A Couple of Hiring Mantra's

by Jeff Metzger

Kids First Sports Center

Cincinnati, Ohio

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In our organization, over the years, out of necessity, we became students of the hiring process. Then, a few years ago, being a principle-driven
organization, we sought to reduce that which we had learned about hiring and
firing into a few 'rules'.

All Learn to Hire & Fire

The primary purpose of this effort was to identify whatever it was we were doing to make us successful so we could repeat it. In other words, we wanted a few principles which could help us better train and guide those people in our organization who make hiring and firing decisions.

I want to share the first couple of the five hiring mantras that we use.

Before going on, let me explain that all programs in our organization are decentralized and each department has a manager and each manager has 10 responsibilities, one of those responsibilities being to hire and fire

In other words, at Kids First we have17 people who shoulder the
responsibility of staffing a program. This means we have 17 people who hire and fire.

Note also that it is probably not a good thing to discuss hiring without also discussing firing for, no matter how careful or skilled one is in the hiring process, there are times in every business when firing is the right thing to do.

Hire the character, train the skill.

It is no accident that this Mantra is the first one of five. It is first
because it is fundamental to all the following Mantras. Of course the
interpretation of this Mantra must be taken with a grain of salt. Hiring a
wonderful person of high character but zero gymnastics experience to coach
Level 10 may not be a first rate idea.

What this Mantra DOES mean is that character should be prioritized more highly than skill. In a highly technical job where skill is so-o-o important, decision-makers often are so concerned about skill that they overlook (or talk themselves out of seeing) character traits that are going to cause trouble in the organization as time goes on.

Conversely, in a preschool gymnastics program which requires far less technical knowledge, this mantra may very well be interpreted literally.

Of course, as alluring as this idea is, before one can 'hire the character'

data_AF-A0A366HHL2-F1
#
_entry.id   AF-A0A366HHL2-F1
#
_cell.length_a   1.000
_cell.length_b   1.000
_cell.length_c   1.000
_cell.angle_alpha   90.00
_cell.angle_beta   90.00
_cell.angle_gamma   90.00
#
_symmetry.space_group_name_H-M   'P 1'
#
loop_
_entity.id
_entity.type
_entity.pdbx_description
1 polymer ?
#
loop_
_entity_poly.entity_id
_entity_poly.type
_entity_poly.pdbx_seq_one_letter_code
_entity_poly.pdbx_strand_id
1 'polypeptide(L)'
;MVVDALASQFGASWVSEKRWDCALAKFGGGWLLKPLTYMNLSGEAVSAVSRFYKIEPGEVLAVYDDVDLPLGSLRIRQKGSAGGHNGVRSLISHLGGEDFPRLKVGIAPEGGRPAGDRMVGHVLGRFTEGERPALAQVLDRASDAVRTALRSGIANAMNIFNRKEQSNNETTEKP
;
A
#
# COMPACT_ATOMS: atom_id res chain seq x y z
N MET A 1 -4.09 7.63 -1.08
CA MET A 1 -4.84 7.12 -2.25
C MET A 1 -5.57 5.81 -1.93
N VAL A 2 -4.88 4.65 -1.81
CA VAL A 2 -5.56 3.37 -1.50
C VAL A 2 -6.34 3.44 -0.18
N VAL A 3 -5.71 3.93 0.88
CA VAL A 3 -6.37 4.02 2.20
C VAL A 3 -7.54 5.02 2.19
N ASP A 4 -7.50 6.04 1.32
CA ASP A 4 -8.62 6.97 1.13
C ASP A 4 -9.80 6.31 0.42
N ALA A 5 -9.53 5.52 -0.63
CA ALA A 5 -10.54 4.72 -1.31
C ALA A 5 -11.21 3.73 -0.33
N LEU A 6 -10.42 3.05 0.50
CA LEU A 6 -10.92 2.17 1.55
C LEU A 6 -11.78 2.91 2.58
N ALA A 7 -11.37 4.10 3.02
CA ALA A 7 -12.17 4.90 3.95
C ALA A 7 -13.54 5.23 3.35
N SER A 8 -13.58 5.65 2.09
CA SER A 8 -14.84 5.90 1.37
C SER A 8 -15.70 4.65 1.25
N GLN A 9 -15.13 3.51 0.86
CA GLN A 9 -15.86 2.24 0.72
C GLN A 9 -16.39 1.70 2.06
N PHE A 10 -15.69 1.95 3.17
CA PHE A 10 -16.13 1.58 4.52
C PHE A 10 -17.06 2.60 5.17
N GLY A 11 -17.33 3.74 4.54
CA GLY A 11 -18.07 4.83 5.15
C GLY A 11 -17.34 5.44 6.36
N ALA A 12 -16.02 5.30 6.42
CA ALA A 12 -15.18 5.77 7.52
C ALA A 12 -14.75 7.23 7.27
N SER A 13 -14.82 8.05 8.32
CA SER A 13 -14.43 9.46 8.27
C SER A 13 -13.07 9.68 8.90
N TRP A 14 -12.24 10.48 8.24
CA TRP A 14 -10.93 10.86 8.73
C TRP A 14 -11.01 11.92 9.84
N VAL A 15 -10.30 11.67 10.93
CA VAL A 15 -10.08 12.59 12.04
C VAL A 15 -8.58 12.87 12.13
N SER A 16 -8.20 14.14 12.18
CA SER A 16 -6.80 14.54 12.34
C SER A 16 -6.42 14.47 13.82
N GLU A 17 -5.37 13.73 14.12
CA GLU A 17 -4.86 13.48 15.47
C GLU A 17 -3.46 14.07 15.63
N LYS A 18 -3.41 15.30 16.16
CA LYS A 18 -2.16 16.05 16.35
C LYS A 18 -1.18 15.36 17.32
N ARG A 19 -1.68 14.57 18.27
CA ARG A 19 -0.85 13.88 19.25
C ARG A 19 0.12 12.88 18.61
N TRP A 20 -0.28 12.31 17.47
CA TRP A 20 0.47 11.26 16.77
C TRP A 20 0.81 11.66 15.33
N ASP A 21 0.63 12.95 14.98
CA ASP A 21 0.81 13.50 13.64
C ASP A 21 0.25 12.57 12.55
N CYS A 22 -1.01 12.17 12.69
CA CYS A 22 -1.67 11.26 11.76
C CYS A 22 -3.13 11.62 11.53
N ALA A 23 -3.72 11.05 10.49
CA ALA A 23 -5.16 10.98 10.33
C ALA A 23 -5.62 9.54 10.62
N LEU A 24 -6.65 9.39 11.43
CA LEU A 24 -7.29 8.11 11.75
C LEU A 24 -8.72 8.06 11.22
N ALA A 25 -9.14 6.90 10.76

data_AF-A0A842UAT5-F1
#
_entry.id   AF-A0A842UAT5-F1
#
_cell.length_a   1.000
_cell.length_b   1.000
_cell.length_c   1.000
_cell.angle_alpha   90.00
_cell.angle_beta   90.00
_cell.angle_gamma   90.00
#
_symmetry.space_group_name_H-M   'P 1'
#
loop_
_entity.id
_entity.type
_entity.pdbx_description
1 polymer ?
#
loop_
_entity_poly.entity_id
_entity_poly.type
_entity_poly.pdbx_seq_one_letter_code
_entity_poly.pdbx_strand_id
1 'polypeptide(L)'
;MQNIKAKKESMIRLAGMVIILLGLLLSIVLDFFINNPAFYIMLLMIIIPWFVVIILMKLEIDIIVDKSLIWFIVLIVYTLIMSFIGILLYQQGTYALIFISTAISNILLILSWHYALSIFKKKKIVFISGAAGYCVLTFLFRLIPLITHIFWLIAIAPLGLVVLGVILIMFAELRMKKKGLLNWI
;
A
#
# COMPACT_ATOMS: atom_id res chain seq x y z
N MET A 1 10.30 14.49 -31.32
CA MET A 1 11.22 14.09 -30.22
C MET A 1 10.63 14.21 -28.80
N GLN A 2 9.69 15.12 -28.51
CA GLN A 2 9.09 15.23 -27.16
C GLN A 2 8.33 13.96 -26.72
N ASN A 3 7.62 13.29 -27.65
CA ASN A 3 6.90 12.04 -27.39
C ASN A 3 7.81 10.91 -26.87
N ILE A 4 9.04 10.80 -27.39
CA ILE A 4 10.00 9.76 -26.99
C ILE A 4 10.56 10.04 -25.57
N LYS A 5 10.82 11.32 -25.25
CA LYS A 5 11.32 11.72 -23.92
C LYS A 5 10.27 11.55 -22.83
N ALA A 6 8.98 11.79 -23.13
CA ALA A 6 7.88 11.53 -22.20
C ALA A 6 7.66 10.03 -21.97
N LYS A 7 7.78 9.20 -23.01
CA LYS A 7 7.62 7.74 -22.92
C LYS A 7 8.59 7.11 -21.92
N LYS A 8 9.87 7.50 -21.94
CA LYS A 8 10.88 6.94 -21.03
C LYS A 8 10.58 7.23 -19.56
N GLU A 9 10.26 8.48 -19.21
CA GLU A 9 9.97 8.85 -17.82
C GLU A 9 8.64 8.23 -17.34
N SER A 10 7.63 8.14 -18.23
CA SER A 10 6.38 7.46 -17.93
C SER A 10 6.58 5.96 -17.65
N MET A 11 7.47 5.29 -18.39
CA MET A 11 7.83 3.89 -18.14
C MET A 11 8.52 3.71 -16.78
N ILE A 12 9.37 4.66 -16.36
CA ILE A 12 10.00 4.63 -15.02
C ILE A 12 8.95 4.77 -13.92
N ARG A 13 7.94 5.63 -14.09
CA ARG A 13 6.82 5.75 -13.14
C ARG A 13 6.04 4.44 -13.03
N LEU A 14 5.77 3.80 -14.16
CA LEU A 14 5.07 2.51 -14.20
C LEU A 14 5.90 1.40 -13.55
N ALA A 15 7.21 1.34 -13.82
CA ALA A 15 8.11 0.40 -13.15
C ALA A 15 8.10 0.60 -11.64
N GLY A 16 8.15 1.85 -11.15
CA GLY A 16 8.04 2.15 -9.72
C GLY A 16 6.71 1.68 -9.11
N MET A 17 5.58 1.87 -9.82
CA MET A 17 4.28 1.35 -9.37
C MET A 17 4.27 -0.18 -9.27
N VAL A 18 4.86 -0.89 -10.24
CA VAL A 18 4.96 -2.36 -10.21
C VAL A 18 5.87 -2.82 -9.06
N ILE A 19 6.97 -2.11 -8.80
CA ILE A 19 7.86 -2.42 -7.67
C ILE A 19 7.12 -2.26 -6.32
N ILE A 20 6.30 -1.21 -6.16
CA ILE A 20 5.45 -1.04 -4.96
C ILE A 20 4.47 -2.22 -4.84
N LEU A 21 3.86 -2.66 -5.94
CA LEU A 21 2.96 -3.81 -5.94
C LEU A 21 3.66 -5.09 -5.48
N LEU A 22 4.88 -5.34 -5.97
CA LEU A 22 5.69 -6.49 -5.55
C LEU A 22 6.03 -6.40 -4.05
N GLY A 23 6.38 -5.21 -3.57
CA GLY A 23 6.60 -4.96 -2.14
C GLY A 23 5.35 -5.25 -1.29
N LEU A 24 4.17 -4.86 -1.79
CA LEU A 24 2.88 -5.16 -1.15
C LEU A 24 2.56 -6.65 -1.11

one must have a pretty good idea of what 'character' means to them. In our
organization, character is well defined and we call them our Seven Unifying

Unconditional Respect
Cooperation & Teamwork
Open Communication
Continual Growth
Reverence for the Company
Sense of Good
Will and Humor

Practically speaking, no matter how much skill a prospective coach may have, if that coach is lacking in one of the above areas, we gracefully pass that coach on to another organization.

This year, while experiencing a grave compulsory coach shortage, we passed up three coaches, all of whom were accepted at nearby clubs. In other words, we were willing to suffer minor pain now to forestall major pain down the road.


Select ONLY people capable of helping your
business grow and prosper, financially and emotionally, over the long run.

We shall go short-staffed before we go poorly staffed.

During that year, along the way, each step, our eyes were wide open to the fact that a decision to 'not hire' any of the candidates would likely cause
short-term pain for our Company. And in fact it did: about 9 months' worth.
But, as strategic thinkers, we had already learned that our #1 job is to
hire people who have character traits consistent with our Company's 7
Unifying Principles (Hire the character...). And we knew, if we hired a person inconsistent with our principles it would cause long-term pain.

So, Hiring Mantra #2 reminds us to 'opt out' and go short staffed. In a very real sense, short-term pain vs. long-term pain is analogous to an acute injury vs. chronic health problems. An acute injury will heal: chronic health problems hang on forever and often ripple to additional health problems.

If you'll allow me to explore a tangent for a moment, the business discipline
we are discussing is closely related to the healthy personal discipline of
'delaying gratification'.

As a business, we must delay the immediate gratification of plugging a pressing/critical staffing 'hole' in exchange for the long term gratification of selecting ONLY people capable of helping our
business grow and prosper, financially and emotionally, over the long run.

We have learned, the later approach to hiring takes far more time and effort but, oh, what a difference over the long haul. n